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Life Experience

What’s wrong with my heart? A surprising heart problem, my recovery and ICD pacemaker

Anyone who meets me would probably think that I am a very healthy individual. I have felt very well this year and have been very active doing exercise routines most days, swimming in the summer  in the sea and rivers, gardening, painting and decorating, and doing quite a lot of walking etc.

 

Hidden problems

However, I have a couple of hidden health problems. The most serious of these is a heart problem which might have been fatal had it not been for the intervention of the National Health Service. However, thanks to them, I am able to live a normal life.

What the National Health Service has done for my heart

After a series of in hospital investigations (I was in a hospital for a fortnight)  it has implanted under the skin of my chest just under my left collarbone a device called an ICD which is a kind of pacemaker, though, in fact, it’s an unusually sophisticated one. Wires go from it and are inserted into my heart.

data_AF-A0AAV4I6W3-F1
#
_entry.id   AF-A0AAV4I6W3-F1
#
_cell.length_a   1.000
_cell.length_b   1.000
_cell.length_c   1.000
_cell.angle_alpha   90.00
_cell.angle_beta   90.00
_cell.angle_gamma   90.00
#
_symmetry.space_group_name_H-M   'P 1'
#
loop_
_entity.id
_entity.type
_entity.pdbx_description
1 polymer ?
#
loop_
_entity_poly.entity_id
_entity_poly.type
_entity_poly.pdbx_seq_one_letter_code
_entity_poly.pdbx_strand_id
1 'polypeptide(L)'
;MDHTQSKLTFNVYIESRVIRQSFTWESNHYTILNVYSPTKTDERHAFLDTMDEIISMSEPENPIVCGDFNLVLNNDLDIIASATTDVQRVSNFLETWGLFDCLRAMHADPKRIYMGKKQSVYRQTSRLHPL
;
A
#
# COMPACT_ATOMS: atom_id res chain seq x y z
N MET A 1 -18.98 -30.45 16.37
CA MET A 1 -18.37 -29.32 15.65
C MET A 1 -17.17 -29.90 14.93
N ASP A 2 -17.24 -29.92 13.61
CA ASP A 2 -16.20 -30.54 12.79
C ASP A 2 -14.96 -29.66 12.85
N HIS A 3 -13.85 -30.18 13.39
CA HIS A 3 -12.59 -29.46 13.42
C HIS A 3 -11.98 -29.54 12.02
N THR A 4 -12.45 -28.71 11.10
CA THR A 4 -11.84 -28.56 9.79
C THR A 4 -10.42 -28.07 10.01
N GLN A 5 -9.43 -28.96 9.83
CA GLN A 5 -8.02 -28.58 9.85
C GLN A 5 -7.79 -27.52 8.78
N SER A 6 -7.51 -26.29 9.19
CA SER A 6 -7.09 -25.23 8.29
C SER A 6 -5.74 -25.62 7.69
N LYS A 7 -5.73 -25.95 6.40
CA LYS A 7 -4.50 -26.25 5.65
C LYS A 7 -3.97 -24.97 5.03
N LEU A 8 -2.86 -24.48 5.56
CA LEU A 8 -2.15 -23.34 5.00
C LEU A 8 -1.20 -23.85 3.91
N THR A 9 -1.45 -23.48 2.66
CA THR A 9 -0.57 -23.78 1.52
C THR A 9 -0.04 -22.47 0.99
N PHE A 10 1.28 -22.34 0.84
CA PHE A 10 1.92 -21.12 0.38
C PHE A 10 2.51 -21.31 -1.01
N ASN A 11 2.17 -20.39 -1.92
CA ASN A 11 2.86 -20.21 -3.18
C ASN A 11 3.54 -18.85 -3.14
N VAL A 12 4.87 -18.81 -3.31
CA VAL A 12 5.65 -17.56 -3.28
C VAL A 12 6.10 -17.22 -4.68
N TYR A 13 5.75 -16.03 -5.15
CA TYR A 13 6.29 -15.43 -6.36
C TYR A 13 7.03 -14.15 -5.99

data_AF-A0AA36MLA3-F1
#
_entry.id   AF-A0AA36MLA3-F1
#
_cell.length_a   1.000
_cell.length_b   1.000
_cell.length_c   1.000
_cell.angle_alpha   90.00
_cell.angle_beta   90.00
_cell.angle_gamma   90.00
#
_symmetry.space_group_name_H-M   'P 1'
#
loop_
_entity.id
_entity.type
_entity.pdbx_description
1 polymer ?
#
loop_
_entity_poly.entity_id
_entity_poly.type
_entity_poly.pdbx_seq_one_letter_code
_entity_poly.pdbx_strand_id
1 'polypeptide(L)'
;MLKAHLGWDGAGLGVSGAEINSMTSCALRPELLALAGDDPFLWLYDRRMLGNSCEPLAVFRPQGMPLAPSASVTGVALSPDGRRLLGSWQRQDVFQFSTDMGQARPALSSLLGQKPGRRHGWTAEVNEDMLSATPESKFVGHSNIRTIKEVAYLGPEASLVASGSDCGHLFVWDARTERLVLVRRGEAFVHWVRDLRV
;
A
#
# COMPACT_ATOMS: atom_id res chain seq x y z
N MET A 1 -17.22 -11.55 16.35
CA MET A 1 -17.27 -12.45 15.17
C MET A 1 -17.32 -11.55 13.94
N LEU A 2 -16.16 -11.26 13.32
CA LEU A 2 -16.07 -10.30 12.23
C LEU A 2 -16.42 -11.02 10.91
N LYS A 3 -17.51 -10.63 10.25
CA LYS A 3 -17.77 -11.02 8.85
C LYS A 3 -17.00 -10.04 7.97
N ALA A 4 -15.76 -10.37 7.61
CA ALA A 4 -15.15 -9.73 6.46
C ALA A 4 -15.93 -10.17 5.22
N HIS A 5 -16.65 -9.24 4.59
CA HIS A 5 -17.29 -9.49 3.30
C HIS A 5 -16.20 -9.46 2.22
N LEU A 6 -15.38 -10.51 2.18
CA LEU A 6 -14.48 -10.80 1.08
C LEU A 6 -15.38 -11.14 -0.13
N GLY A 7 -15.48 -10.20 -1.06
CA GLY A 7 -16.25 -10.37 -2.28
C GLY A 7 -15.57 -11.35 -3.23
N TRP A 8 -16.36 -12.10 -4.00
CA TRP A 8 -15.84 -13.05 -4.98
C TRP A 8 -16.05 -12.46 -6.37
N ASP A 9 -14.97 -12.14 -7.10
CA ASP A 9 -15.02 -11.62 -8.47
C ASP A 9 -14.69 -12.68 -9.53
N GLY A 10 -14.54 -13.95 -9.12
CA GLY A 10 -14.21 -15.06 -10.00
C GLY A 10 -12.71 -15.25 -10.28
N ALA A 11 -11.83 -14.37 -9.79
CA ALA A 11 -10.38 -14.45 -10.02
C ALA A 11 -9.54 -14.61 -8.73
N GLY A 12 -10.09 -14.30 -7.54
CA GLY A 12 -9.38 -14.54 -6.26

The other main thing is that the NHS has put me on two medications. 
After I came out of hospital I was offered a series of cardiac rehab classes and lectures about heart health. I also see a cardiac consultant to check on how I am getting on and every six months I am in touch with the pacemaker clinic which checks that the pacemaker is functioning correctly and that the battery is good for a year or more.

My racing heart – The diagnosis  –   ARVC

All this means is that I have got is a disturbance of the heart rhythm. This is called arrhythmia.

In practical terms what this means is that my heart may, at times, beat irregularly, or too fast, or too slow. If these irregularities take an extreme form then they can be life-threatening. My heart has been recorded at beating at over 200 beats per minute and as low as 26 beats per minute. if these rates had been maintained for a period of time I would have been dead by now.